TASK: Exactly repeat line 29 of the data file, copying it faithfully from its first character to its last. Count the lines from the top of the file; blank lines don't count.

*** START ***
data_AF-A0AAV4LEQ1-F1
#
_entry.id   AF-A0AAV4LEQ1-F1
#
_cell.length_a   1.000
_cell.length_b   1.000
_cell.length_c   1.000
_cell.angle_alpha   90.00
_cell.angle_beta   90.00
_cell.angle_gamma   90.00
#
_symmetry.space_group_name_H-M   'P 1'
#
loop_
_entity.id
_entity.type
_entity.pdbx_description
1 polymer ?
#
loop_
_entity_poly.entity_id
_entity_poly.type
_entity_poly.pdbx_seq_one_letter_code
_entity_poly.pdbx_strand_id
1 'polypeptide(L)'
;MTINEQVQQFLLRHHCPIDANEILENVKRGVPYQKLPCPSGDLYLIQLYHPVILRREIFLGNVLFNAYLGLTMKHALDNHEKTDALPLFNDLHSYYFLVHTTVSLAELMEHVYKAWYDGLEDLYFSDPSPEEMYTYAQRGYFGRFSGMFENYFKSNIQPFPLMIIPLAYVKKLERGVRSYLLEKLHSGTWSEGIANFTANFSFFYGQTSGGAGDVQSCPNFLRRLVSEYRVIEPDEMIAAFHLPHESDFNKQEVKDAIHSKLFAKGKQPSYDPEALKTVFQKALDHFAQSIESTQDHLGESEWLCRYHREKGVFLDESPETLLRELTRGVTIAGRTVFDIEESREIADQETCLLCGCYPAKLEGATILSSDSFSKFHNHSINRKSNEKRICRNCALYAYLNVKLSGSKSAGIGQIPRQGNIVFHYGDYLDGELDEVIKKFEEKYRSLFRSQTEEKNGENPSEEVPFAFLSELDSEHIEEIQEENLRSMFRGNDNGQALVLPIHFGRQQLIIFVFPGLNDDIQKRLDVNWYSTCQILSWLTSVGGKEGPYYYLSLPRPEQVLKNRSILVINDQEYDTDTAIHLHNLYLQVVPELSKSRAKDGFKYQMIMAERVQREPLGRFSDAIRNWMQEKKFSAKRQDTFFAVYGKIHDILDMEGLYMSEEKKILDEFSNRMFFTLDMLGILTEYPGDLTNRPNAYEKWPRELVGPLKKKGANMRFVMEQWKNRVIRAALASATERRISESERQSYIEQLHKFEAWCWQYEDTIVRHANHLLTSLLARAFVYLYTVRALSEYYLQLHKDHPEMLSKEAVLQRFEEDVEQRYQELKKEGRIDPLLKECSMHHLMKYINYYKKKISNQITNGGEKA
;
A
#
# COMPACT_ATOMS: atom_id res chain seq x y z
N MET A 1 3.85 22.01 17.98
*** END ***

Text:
#